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Seminar "Patenting Life: Politics of Innovation"

Seminar: “Patenting Life: Politics of Innovation”
Dr. Stankovic

15 dicembre 2011 ore 14:30
Aula "Adriano Buzzati Traverso" ex Dipartimento di Genetica e Microbiologia


Brief summary of the talk
The recent biotechnological advances in genetic engineering, recombinant DNA, gene therapy, achieved potential for cloning animals and humans, and the isolation and manipulation of human embryonic stem cells, easily capture the imagination. The prospects for their use in biomedical applications and personalized and regenerative medicine are seemingly without boundaries, and they have created great “Patenting Life” op-ed headlines. The rapid developments in biotechnology have affected and significantly challenged many areas of law, in particular patent law. In the biomedical field, patents are extremely valuable to companies, particularly small companies. Patents provide a means of securing investment income by establishing the company’s preeminence in a particular area of (bio)technology. Research with and patentability of genes, transgenic organisms, and stem cells makes for headline news and is at the center of a myriad of ethical, religious, metaphysical, and political debates. Because the moral and legal justifications are not identical, it is possible for a legal decision to be immoral although consistent with legal precedent and procedure. Contributing to that debate and enriching the conversation, this talk addresses some of the issues surrounding patentability of inventions related to DNA, genes, stem cells, transgenic organisms and, in general, related to living matter.

Dr. Stankovic brief biography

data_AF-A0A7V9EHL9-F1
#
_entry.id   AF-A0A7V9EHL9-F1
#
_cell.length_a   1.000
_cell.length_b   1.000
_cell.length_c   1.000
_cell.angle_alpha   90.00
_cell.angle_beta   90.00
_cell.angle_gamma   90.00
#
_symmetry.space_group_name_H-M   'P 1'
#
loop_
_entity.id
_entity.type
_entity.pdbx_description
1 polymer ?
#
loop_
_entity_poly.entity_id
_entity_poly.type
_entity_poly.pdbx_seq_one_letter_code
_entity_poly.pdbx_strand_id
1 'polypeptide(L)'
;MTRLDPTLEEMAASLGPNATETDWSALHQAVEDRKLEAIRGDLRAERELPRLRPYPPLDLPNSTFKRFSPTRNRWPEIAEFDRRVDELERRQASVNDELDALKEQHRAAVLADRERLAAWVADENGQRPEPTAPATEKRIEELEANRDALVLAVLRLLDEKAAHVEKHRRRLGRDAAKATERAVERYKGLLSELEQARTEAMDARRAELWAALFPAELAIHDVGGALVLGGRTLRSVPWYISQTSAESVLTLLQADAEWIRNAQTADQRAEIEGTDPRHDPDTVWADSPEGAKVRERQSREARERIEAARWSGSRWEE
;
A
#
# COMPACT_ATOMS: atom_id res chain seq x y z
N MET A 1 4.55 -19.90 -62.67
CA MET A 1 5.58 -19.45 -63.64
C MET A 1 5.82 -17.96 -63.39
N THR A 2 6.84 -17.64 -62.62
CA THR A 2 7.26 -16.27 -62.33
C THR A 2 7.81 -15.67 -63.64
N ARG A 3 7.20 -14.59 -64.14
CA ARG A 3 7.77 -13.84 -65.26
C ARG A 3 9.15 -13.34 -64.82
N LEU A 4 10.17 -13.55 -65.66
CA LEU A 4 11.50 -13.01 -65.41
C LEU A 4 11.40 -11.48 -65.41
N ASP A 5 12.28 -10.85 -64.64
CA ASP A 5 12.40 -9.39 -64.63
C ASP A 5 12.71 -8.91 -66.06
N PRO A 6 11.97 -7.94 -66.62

Dr. Stankovic strives to foster improved understanding of the issues at the intersection of law, science and ethics through a variety of means, including traditional publications and presentations, as well as providing input to government and international organizations. He has made particular contributions in the areas of international intellectual property, patent and policy issues involving biotechnology or health, as well as plant molecular and space biology. He is a registered US patent attorney, teaches Patent Law at Loyola University in Chicago, and serves as a Science and Technology Advisor to the President of Macedonia Dr. Gjorge Ivanov. Dr. Stankovic has over 20 years of experience as a scientist in academic settings, including close to 5 years as a Chief Scientist at the NASA-funded Wisconsin Center for Space Automation and Robotics, University of Wisconsin-Madison, where he was the principal investigator for experiments on the Space Shuttle and the International Space Station. At the University American College Skopje he is an Associate Dean for Research at the School of Law.
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